Open-sourcing a light module
When you are ready to share a light module with the greater Magnolia community, follow the instructions on this page.
Use a meaningful, findable name
The name of a shared module should be the same in magnolia, on npm and
on github (or whichever public source code repository you use), and
should work well in all of these contexts. We recommend the pattern
Use an appropriate location
Find an appropriate location on your hard drive for shared code.
If you are working with an existing light module from a project, copy or move the module out of the project to make it easier to maintain.
If you are creating a new module, use the Magnolia CLI
Symbolic links are a convenient way to have a shared light module in one location on your hard drive, but use it in many locations.
Open a terminal in your servers light-modules location and run:
ln -s <path to light module> <name of light module dir>
ln -s /Users/<jdoe>/Documents/shared-projects/chartjs-magnolia chartjs-magnolia
Test your light module
To ensure that your module works for others and contains everything it
needs, we recommend you test it in a fresh Magnolia instance. To install
a new instance, use the Magnolia CLI
mgnl jumpstart command.
Choose a license
Choose a license and add a license file to your light module.
We recommend the MIT license for modules that you are sharing publicly. This gives others freedom to use your module on any project.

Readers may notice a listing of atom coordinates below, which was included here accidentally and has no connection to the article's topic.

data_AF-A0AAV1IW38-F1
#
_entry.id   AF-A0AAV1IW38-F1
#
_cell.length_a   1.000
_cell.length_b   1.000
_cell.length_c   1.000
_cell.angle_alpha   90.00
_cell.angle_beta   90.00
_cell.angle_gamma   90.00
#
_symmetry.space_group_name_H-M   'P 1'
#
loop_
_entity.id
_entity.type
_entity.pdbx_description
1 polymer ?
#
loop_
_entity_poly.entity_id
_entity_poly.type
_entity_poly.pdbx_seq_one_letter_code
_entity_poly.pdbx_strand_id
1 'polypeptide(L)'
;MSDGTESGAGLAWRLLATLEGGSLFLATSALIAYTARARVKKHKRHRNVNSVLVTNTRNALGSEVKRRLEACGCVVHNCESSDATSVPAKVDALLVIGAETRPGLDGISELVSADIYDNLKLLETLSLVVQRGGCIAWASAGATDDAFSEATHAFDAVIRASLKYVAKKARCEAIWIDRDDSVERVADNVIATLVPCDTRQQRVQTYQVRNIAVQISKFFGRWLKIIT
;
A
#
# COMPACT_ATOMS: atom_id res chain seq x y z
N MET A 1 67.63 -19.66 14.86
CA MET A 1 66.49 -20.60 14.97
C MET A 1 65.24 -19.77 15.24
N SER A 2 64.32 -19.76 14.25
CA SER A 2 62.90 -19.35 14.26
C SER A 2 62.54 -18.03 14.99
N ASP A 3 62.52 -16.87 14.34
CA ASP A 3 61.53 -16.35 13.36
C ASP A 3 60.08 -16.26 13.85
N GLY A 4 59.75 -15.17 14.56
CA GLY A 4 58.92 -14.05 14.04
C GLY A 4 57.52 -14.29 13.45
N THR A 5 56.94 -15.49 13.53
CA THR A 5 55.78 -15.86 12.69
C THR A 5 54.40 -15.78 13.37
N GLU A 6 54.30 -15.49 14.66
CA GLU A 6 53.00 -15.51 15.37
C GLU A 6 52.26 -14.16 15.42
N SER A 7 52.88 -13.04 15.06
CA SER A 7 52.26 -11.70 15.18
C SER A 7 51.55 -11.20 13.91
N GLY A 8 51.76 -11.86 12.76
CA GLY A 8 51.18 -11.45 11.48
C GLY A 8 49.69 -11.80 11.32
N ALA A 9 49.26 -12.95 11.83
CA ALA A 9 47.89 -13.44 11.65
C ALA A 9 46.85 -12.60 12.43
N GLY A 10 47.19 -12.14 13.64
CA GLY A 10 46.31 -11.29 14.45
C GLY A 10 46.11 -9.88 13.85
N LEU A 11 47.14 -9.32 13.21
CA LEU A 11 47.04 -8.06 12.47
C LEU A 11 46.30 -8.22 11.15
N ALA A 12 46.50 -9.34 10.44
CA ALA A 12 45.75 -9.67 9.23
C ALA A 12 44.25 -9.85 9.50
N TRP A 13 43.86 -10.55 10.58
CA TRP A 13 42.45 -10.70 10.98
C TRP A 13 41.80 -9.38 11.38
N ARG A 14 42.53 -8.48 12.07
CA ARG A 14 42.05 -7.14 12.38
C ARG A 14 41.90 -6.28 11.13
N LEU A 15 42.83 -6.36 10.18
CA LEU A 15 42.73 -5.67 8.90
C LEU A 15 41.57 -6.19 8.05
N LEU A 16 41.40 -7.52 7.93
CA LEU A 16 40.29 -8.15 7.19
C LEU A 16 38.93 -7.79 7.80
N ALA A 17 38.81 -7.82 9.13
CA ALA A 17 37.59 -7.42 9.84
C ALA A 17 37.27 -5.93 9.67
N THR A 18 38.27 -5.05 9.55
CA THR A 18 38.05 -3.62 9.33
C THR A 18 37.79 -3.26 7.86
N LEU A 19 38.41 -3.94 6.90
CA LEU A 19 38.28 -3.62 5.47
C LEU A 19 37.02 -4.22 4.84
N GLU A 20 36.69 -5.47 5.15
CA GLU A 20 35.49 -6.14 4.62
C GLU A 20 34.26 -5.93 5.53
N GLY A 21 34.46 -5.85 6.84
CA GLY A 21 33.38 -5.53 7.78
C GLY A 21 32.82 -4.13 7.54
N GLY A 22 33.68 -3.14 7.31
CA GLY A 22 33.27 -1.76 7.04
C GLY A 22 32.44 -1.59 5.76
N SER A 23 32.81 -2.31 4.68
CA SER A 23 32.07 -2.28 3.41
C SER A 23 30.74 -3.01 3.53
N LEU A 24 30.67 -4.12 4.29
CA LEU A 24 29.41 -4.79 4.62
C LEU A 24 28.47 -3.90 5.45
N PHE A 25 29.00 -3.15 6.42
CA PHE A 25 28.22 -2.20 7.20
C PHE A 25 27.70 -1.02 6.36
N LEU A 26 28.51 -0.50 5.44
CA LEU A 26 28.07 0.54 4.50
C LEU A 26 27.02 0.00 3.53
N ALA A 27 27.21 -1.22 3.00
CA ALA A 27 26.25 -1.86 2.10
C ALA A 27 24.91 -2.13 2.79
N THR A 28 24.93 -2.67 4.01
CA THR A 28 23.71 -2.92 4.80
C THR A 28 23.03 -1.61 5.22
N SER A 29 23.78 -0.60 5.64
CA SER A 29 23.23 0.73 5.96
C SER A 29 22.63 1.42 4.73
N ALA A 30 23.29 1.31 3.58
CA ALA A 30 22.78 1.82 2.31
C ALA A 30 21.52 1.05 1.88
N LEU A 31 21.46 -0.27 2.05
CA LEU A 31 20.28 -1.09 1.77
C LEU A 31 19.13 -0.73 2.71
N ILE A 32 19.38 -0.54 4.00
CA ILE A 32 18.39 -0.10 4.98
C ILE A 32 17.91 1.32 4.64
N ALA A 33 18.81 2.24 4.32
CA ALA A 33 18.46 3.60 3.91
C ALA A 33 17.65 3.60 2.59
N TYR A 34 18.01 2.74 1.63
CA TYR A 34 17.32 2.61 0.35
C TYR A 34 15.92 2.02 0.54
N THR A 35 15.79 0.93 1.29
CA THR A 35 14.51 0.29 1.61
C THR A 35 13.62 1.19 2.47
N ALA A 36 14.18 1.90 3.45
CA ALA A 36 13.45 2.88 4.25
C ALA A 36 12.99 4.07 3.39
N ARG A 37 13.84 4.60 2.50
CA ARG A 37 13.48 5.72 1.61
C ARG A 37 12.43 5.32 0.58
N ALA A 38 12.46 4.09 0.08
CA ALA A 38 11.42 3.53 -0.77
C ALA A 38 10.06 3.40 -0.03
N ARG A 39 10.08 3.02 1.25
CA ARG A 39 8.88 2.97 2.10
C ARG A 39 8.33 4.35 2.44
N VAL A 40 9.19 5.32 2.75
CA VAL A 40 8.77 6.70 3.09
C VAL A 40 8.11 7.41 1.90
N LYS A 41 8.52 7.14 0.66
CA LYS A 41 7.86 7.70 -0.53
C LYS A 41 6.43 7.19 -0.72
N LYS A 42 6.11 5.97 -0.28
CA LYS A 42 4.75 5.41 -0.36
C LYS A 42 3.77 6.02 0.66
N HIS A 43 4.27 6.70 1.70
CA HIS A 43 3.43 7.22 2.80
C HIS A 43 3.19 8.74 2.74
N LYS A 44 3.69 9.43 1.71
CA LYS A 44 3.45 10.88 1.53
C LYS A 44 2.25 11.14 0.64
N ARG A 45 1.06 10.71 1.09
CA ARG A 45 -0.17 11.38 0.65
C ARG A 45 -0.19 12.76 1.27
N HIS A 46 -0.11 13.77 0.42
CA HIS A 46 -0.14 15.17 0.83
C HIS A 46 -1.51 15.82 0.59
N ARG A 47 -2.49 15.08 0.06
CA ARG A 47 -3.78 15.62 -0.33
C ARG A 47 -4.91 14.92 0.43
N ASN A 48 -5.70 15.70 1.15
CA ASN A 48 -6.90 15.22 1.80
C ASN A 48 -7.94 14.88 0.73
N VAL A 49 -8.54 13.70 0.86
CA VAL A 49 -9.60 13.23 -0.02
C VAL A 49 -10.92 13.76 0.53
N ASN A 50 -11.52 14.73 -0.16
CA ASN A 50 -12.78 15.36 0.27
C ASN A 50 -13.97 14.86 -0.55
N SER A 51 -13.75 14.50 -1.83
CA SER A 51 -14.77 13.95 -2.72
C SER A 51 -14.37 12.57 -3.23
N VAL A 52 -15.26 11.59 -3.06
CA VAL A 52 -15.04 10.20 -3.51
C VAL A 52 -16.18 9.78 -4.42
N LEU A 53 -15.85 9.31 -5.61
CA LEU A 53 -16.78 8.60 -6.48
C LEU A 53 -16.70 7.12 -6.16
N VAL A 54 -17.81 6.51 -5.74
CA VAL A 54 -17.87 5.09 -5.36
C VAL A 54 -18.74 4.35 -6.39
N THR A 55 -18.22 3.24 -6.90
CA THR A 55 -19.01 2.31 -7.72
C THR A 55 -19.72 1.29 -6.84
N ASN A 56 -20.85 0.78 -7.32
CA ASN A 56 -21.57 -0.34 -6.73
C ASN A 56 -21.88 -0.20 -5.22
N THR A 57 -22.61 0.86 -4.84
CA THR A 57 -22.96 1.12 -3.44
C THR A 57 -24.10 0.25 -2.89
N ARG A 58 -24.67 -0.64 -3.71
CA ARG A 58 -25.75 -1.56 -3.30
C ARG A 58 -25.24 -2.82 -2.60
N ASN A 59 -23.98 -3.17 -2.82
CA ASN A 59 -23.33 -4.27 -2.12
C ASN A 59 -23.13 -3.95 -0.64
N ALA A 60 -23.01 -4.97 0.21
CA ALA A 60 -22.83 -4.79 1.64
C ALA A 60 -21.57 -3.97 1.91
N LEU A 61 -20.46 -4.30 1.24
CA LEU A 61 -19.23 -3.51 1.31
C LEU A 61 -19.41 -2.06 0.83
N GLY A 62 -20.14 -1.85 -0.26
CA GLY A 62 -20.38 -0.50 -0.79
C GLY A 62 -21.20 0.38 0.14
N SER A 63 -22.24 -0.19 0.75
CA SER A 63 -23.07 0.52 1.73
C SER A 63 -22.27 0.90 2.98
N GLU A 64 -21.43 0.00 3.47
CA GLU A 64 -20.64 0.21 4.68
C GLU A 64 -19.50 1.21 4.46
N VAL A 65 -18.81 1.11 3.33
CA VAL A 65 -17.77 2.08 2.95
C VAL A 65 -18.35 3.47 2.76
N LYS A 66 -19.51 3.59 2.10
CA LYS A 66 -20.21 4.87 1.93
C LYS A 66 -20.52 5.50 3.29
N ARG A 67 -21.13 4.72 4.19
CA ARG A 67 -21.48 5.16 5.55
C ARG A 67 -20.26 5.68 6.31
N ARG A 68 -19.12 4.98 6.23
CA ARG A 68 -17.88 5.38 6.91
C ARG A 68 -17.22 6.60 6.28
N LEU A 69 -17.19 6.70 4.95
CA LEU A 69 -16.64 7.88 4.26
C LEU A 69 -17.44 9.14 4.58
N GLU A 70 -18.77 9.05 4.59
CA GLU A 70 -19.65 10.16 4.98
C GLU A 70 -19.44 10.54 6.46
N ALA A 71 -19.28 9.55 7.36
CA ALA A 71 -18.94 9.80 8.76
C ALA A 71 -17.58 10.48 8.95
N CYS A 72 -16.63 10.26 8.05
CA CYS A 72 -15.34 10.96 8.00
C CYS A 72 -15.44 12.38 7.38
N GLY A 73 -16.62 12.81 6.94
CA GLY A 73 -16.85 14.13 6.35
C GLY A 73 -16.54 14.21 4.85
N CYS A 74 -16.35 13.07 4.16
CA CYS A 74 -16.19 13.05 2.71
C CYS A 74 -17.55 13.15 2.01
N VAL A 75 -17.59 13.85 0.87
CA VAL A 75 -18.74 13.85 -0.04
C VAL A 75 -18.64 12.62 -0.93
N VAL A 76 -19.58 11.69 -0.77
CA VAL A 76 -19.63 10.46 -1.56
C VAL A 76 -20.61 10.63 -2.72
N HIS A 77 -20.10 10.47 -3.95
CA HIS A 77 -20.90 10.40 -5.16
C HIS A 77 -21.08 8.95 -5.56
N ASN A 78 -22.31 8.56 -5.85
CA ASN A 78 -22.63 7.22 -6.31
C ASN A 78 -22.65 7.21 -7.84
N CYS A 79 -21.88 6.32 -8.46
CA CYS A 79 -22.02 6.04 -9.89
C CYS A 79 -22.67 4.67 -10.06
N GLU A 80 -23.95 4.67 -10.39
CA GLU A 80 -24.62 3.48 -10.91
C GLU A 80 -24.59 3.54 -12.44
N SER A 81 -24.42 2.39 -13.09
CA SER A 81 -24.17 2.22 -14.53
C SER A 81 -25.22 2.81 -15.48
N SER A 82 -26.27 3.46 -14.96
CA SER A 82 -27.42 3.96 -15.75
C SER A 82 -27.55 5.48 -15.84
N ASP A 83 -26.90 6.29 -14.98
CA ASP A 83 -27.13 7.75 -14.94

Write a README.md
Good README files are key to the success of the Magnolia light module ecosystem. Someone looking for a module should understand yours quickly thanks to screenshots and clear descriptions in the README file.
We recommend you use this template: https://raw.githubusercontent.com/magnolia-cms/shareable-magnolia/master/README.md
Initialize a Git repository in your light module directory. Code can be hosted in any publicly available repository, but we recommend GitHub due to its popularity and comprehensive feature set. If you create a https://github.com account, and create a repository via the website, it provides you with instructions on how to connect it to the project on your hard drive.
Create a package.json file
npm init command in your module directory. This prepares your
module for distribution on npm by creating a package.json file. Accept
the default prompts, but change the version to 0.0.1 unless you know you
are ready for the first official release of your module.
Add npm Keywords
Once the package.json file is created, add the following keywords to the package.json to make it discoverable via search and to assist automation.
Use for a single component.
Use for a collection of templates.
"keywords": [ "magnolia-light-module", "magnolia-component" ],
Optionally, you can add a
module.yaml file as the Magnolia module
descriptor where you can specify any hard Magnolia dependencies. Specify
this if your module uses a feature which became available in a certain
version of Magnolia, such as
Place all the files that you want to include in your GitHub source
control project but that are not part of the actual light module, in the
While the source control project should include everything to help a
developer use and understand your module, the published package on npm